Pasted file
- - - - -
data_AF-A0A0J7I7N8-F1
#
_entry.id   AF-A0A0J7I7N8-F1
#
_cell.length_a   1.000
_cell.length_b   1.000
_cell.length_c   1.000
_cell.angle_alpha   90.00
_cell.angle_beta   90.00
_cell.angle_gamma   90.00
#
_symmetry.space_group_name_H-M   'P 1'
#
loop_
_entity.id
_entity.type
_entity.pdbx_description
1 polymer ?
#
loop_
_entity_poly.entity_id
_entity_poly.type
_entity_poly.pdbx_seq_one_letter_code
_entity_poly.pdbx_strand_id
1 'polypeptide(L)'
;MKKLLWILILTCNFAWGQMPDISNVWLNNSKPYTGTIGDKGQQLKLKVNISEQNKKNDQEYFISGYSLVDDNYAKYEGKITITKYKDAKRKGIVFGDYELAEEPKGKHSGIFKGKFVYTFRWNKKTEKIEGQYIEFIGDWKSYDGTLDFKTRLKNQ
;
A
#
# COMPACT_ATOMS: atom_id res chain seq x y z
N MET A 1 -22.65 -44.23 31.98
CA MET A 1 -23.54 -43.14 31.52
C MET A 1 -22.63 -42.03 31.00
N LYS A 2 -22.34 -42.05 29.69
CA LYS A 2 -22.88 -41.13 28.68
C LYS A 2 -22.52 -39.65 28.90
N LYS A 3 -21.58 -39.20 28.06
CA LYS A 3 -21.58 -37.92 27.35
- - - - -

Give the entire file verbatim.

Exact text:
data_AF-A0A0J7I7N8-F1
#
_entry.id   AF-A0A0J7I7N8-F1
#
_cell.length_a   1.000
_cell.length_b   1.000
_cell.length_c   1.000
_cell.angle_alpha   90.00
_cell.angle_beta   90.00
_cell.angle_gamma   90.00
#
_symmetry.space_group_name_H-M   'P 1'
#
loop_
_entity.id
_entity.type
_entity.pdbx_description
1 polymer ?
#
loop_
_entity_poly.entity_id
_entity_poly.type
_entity_poly.pdbx_seq_one_letter_code
_entity_poly.pdbx_strand_id
1 'polypeptide(L)'
;MKKLLWILILTCNFAWGQMPDISNVWLNNSKPYTGTIGDKGQQLKLKVNISEQNKKNDQEYFISGYSLVDDNYAKYEGKITITKYKDAKRKGIVFGDYELAEEPKGKHSGIFKGKFVYTFRWNKKTEKIEGQYIEFIGDWKSYDGTLDFKTRLKNQ
;
A
#
# COMPACT_ATOMS: atom_id res chain seq x y z
N MET A 1 -22.65 -44.23 31.98
CA MET A 1 -23.54 -43.14 31.52
C MET A 1 -22.63 -42.03 31.00
N LYS A 2 -22.34 -42.05 29.69
CA LYS A 2 -22.88 -41.13 28.68
C LYS A 2 -22.52 -39.65 28.90
N LYS A 3 -21.58 -39.20 28.06
CA LYS A 3 -21.58 -37.92 27.35